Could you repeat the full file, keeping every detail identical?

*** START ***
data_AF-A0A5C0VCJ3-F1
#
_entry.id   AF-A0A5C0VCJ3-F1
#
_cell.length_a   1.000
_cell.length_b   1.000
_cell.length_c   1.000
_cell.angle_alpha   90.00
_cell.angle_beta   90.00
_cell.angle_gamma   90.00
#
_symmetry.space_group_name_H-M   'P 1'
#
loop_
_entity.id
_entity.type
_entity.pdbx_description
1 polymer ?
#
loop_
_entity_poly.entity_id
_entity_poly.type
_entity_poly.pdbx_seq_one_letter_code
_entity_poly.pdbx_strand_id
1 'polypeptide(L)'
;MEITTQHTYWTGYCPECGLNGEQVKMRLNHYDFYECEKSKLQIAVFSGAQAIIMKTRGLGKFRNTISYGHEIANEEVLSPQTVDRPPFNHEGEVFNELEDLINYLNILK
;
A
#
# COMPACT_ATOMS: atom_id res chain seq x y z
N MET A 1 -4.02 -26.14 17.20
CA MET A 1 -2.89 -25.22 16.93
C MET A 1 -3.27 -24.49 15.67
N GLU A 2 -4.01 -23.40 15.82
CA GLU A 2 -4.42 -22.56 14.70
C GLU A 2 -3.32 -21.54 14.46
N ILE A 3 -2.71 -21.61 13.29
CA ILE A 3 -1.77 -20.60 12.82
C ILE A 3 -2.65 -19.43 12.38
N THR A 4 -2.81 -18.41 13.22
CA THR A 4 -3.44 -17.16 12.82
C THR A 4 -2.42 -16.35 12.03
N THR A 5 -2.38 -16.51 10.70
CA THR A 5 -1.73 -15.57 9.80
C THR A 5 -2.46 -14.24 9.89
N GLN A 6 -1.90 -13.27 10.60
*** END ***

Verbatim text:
data_AF-A0A5C0VCJ3-F1
#
_entry.id   AF-A0A5C0VCJ3-F1
#
_cell.length_a   1.000
_cell.length_b   1.000
_cell.length_c   1.000
_cell.angle_alpha   90.00
_cell.angle_beta   90.00
_cell.angle_gamma   90.00
#
_symmetry.space_group_name_H-M   'P 1'
#
loop_
_entity.id
_entity.type
_entity.pdbx_description
1 polymer ?
#
loop_
_entity_poly.entity_id
_entity_poly.type
_entity_poly.pdbx_seq_one_letter_code
_entity_poly.pdbx_strand_id
1 'polypeptide(L)'
;MEITTQHTYWTGYCPECGLNGEQVKMRLNHYDFYECEKSKLQIAVFSGAQAIIMKTRGLGKFRNTISYGHEIANEEVLSPQTVDRPPFNHEGEVFNELEDLINYLNILK
;
A
#
# COMPACT_ATOMS: atom_id res chain seq x y z
N MET A 1 -4.02 -26.14 17.20
CA MET A 1 -2.89 -25.22 16.93
C MET A 1 -3.27 -24.49 15.67
N GLU A 2 -4.01 -23.40 15.82
CA GLU A 2 -4.42 -22.56 14.70
C GLU A 2 -3.32 -21.54 14.46
N ILE A 3 -2.71 -21.61 13.29
CA ILE A 3 -1.77 -20.60 12.82
C ILE A 3 -2.65 -19.43 12.38
N THR A 4 -2.81 -18.41 13.22
CA THR A 4 -3.44 -17.16 12.82
C THR A 4 -2.42 -16.35 12.03
N THR A 5 -2.38 -16.51 10.70
CA THR A 5 -1.73 -15.57 9.80
C THR A 5 -2.46 -14.24 9.89
N GLN A 6 -1.90 -13.27 10.60